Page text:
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STEM is for Everyone: Farida Bedwei, a Computer Scientist with Cerebral Palsy

Farida Bedwei's interest in computers started with a manual typewriter. Today, she is CEO of a software company she co-founded. Her cerebral palsy has not stopped her from excelling in STEM, and with a comic book about a superhero with a disability, she is a powerful advocate for girls in STEM and students with disabilities.

Banner image for STEM inclusivity - icons of computer coding and software development to represent the career focus of Farida Bedwei, a Computer Scientist with Cerebral Palsy, part of the STEM is for Everyone series

Farida Bedwei, co-founder and Chief Technology Officer of Logiciel, a microfinance software company in Ghana, is an inspiring reminder that disability shouldn't stand in the way of one's dreams or a career in STEM. Bedwei was diagnosed with cerebral palsy at the age of one. Her use of a typewriter as an alternative to writing led, ultimately, to an interest in computers. Her success in software engineering and her commitment to advocacy for people in Ghana, people with disabilities, and girls in STEM is a tribute to her belief in the importance of inclusion.

According to the Mayo Clinic, cerebral palsy is defined as "a group of disorders that affect movement and muscle tone or posture." Cerebral palsy is an incurable neurological disorder, and because there are a number of types of cerebral palsy, people with cerebral palsy may exhibit a range of different symptoms. Most experience difficulty with walking, coordination, or muscle control. Other symptoms may include difficulty with speech, hearing, eye muscle control, and balance.

Although Bedwei's cerebral palsy affects her movement and her speech, she has not let it stand in the way of her STEM career. As a child, she has said that her mother instilled the belief that she should always focus on what she could "try" to do rather than on what she thought was impossible.

"All my life, I've been told to remove the word 'I can't' from my vocabulary and to at least replace it with 'I'll try.'" — Farida Bedwei

Learning Opportunities Spark Interest

Bedwei was homeschooled until age twelve. She then began attending regular school in Ghana, especially so that she had the opportunity to socialize with other students. Due to challenges attending mainstream school with a disability, and with a growing interest in computers, Bedwei transitioned out of high school to a one-year computer systems program with a focus on data processing management. In that program, she says she discovered her interest in programming. "I loved the idea of solving problems, of creating things."

The information technology program helped put her on a career path, but Bedwei has said that cerebral palsy helped lead her to computer science. "I chose Tech because I was exposed to it at an early age as a channel for written communication." Because her cerebral palsy makes handwriting difficult, Bedwei used a manual typewriter from an early age. She progressed to an electric typewriter and then, as they became available, to a home computer. Once she had a computer, she realized the potential to do much more than just type was there at her fingertips. "When computers became affordable to the average household in the mid-80s, I started using one," says Bedwei, "and the rest is history."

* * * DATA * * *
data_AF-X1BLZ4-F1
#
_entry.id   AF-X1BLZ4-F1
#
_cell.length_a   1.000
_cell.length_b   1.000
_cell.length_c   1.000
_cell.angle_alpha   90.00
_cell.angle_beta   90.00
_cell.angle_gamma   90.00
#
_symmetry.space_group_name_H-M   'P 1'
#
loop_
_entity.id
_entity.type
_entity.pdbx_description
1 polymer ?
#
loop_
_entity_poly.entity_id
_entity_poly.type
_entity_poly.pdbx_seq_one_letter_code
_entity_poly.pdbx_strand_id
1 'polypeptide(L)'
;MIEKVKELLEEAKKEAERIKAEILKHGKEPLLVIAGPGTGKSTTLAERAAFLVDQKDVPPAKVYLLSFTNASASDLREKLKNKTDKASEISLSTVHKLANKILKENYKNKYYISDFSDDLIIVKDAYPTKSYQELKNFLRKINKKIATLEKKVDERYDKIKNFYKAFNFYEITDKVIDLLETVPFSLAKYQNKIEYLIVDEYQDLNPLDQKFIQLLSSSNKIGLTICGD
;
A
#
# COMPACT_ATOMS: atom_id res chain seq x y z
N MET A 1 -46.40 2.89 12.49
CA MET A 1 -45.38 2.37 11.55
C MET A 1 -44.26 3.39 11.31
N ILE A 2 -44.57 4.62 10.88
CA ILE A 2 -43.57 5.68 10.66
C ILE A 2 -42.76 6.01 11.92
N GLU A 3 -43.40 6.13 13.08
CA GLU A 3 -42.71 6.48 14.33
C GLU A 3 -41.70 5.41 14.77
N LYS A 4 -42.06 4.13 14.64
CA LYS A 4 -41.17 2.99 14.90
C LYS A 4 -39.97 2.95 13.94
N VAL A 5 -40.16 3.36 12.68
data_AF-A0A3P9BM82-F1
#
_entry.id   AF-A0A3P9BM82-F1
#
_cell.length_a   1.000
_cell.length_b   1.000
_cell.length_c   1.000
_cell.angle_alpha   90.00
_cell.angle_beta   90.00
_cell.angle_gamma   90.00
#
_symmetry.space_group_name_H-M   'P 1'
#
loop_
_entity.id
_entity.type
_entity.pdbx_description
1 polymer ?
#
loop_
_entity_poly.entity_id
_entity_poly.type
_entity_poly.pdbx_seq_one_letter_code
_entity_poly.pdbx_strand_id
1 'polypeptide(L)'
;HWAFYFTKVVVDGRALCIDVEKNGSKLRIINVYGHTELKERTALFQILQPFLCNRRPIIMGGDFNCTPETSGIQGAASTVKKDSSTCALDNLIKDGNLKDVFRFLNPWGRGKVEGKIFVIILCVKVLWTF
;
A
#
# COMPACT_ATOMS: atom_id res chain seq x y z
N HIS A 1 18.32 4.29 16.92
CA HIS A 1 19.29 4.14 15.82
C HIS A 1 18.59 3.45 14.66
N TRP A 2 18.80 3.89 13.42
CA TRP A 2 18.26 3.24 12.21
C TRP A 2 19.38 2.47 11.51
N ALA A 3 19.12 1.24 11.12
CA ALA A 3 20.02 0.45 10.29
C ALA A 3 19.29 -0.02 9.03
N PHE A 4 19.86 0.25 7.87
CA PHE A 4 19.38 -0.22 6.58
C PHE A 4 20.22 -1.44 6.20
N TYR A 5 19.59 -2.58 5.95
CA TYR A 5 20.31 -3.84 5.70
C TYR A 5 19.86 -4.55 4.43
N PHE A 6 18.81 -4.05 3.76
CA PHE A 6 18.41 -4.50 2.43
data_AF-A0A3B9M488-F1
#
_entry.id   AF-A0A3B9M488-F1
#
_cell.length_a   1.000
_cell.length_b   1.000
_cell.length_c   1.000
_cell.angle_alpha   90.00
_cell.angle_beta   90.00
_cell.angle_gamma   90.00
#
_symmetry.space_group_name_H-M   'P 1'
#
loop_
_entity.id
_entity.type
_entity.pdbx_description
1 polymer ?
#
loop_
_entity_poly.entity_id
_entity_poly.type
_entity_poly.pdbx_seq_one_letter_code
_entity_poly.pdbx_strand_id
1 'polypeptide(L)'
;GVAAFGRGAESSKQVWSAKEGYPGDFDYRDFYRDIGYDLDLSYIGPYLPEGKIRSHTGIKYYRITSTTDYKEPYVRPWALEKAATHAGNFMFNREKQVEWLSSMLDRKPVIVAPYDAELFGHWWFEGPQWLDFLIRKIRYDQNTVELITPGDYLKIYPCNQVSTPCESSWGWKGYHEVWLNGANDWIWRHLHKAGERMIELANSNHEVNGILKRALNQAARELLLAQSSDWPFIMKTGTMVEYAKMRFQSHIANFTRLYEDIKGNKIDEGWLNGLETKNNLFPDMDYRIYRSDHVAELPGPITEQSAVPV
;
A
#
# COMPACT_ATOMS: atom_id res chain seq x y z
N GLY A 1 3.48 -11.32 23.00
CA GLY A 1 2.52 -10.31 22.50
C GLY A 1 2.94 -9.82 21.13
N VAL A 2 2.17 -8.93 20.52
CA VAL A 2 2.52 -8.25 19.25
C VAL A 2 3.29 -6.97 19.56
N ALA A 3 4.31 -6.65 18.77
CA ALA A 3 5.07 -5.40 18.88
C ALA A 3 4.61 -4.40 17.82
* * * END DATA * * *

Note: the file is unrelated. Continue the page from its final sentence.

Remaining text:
Bedwei went on to co-develop cloud software that enables micro financial transactions and co-found the software company Logiciel.

GAME CHANGERS - Farida Bedwei

Inspiring Others

In addition to being named, in 2013, as one of the most successful women in finance technology in Africa, Bedwei is a powerful advocate and role model for girls in STEM and for people with disabilities. She is part of The Girls in ICT Committee, a group working to encourage women to pursue careers in computer science and information technology.

Bedwei has also written a comic book, Karmzah, with an archaeologist superhero. The archaeologist has cerebral palsy, and her superpowers are present only when she is using her crutches. In an interview, Bedwei says that she wasn't able to find a superhero she could identify with when growing up. "I thought it was unfair that children like me did not have a superhero representing them. After all, CP is the most common cause of childhood disability." Bedwei also authored Definition of a Miracle, a fictional account of a young girl growing up with cerebral palsy in Ghana.

Explore with Student Science

Students interested in Bedwei's story and computer science, software design, or video game creation, may enjoy exploring projects like these:

Related STEM Careers

The following career profiles help students learn more about careers in computer science and software engineering:

Learn More

Books by Farida Bedwei

Additional resources

Enabling Computer Science Exploration

This week is Computer Science Education Week, during which thousands of students participate in Hour of Code activities.

To learn more about doing computer science with students and encouraging girls to explore coding, see the following posts:

The STEM is for Everyone Series

For more information about this series of profiles of scientists with disabilities and to learn about other scientists and engineers, see the following posts:

This post is part of our STEM is for Everyone: Scientists with Disabilities series. This series is made possible by generous support from Mitsubishi Electric America Foundation, a non-profit foundation jointly funded by Mitsubishi Electric Corporation of Japan and its US affiliates, working to make changes for the better by empowering youth with disabilities to lead productive lives.

Computer icons adapted from icons by alvaro_cabrera at FreePik.com.

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